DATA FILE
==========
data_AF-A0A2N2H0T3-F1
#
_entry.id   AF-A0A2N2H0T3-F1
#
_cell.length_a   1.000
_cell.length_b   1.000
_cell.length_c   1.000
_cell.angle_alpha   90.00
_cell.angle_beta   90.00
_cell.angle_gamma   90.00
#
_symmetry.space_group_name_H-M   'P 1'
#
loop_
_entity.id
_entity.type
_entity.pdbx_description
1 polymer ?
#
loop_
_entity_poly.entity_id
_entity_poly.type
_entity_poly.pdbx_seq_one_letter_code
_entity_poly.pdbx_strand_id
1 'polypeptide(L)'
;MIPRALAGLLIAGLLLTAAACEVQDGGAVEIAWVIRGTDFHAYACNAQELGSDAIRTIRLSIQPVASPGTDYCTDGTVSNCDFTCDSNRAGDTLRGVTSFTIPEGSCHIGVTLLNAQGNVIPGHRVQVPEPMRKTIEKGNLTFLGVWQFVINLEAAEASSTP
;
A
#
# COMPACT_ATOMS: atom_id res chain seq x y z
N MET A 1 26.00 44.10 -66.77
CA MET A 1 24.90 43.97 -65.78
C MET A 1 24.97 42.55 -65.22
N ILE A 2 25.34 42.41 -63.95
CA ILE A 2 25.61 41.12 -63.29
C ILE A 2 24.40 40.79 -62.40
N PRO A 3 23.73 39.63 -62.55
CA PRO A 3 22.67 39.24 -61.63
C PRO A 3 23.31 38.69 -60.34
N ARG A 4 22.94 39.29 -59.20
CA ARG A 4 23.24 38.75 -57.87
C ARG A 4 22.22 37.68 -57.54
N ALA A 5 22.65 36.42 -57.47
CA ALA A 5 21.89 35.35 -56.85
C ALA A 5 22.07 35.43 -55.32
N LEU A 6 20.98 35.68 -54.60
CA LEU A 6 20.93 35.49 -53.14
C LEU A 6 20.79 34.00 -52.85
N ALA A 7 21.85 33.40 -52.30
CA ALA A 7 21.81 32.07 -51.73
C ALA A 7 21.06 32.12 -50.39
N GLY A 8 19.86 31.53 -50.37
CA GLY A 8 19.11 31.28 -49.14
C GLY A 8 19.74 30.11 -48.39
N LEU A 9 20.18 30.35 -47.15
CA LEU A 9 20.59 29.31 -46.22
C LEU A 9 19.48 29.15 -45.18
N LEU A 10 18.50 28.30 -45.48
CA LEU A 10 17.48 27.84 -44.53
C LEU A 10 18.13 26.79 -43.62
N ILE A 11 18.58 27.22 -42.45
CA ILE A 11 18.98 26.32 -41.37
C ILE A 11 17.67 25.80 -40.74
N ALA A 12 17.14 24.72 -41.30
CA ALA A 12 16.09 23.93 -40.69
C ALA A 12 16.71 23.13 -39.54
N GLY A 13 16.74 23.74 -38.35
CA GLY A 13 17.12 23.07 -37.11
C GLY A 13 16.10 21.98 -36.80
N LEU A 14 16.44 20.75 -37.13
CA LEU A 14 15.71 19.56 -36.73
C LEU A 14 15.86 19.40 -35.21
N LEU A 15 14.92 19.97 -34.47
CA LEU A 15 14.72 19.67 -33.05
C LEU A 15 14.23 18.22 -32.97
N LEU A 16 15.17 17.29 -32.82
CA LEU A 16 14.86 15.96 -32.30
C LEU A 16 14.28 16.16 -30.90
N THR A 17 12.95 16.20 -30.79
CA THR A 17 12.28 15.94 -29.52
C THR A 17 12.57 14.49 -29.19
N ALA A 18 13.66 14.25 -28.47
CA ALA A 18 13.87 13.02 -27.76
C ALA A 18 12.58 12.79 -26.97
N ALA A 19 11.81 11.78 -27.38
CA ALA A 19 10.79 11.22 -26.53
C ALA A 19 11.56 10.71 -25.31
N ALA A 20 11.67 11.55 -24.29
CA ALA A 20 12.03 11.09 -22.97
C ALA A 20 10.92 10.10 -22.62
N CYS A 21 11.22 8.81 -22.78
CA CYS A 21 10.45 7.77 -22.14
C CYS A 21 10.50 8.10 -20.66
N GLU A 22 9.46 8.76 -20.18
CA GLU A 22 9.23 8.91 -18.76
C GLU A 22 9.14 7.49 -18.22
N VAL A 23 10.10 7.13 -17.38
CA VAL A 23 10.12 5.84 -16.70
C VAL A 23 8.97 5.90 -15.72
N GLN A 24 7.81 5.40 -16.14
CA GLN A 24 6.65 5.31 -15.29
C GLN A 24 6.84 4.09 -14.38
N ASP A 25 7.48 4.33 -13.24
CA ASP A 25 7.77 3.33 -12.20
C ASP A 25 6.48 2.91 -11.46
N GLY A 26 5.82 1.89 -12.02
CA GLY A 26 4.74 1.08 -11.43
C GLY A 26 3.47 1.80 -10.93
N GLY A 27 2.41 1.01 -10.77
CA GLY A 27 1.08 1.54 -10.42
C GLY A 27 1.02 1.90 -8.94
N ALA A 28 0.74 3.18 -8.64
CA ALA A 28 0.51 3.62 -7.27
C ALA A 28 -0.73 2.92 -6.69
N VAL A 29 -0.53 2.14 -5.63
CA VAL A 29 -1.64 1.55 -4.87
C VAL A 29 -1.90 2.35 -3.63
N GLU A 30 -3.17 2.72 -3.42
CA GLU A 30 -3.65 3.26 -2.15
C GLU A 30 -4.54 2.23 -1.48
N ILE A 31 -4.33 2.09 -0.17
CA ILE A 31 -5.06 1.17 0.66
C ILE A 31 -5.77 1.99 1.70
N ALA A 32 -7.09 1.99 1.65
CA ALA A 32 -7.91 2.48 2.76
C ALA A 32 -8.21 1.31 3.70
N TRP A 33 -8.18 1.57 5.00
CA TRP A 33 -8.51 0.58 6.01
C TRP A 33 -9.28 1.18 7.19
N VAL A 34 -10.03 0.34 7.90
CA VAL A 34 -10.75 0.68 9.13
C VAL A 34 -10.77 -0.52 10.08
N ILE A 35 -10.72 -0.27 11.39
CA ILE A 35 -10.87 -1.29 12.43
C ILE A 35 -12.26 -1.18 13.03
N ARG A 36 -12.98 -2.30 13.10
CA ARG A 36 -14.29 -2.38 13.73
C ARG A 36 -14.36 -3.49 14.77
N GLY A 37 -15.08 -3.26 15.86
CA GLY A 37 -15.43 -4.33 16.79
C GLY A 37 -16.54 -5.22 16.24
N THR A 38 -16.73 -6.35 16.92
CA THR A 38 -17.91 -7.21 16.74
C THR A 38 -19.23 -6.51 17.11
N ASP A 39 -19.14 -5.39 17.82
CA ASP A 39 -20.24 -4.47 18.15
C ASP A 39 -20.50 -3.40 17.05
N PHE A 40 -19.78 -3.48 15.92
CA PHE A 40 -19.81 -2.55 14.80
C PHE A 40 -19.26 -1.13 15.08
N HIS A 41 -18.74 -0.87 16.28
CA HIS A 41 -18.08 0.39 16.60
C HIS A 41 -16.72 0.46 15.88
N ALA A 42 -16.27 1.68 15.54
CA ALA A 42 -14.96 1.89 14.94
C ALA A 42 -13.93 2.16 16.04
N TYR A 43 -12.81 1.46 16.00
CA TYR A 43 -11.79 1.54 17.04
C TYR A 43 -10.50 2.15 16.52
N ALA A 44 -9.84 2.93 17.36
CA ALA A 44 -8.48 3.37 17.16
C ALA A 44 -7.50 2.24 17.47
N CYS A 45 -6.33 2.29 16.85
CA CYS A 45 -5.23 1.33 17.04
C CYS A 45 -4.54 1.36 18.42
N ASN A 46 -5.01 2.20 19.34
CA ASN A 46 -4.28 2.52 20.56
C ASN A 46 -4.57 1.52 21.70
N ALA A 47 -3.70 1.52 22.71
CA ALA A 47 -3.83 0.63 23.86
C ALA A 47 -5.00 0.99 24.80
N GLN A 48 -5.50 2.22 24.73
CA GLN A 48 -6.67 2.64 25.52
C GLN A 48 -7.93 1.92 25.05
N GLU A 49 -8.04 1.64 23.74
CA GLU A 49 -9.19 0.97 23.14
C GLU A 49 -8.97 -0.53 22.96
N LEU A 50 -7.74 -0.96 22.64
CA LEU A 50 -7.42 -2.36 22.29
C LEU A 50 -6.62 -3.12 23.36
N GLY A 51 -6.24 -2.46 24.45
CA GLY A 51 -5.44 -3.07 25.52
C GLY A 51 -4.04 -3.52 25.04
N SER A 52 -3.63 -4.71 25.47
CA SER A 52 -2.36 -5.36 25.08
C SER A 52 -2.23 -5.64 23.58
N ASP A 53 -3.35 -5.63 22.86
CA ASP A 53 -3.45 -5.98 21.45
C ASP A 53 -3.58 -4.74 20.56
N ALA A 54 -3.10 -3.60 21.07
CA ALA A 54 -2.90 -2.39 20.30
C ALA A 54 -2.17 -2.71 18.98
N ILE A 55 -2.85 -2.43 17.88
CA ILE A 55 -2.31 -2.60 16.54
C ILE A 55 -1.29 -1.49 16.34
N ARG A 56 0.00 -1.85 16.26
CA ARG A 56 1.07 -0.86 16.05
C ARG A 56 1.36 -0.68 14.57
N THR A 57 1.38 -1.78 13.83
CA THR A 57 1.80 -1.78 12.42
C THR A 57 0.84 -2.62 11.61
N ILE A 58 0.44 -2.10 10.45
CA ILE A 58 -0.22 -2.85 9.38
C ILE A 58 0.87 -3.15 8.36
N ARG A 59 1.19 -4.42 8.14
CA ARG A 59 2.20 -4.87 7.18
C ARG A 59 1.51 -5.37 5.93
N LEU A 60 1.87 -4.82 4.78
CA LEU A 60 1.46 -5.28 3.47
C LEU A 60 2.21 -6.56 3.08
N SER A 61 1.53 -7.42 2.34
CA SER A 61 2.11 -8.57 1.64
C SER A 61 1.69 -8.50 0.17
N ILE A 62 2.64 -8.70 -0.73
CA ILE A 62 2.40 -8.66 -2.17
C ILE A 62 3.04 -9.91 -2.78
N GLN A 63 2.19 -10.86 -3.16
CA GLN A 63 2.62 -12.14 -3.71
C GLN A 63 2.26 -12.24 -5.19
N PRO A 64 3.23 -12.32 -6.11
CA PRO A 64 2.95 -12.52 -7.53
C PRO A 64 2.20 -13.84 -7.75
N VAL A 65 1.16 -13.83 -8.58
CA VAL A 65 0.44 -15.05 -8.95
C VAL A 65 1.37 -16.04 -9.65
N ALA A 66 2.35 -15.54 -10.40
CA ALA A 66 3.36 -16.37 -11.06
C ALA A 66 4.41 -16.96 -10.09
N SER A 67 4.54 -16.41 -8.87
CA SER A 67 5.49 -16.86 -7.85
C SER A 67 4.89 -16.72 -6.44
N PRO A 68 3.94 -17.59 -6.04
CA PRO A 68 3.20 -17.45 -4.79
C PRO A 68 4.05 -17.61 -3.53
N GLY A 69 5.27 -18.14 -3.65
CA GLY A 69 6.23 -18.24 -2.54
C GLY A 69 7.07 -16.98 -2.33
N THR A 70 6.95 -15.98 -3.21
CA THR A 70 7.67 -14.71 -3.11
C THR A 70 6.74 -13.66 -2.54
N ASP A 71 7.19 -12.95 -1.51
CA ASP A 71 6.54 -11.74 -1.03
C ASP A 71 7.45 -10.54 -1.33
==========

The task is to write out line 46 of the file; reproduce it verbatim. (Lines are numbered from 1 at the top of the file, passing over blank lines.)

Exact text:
N LEU A 6 20.98 35.68 -54.60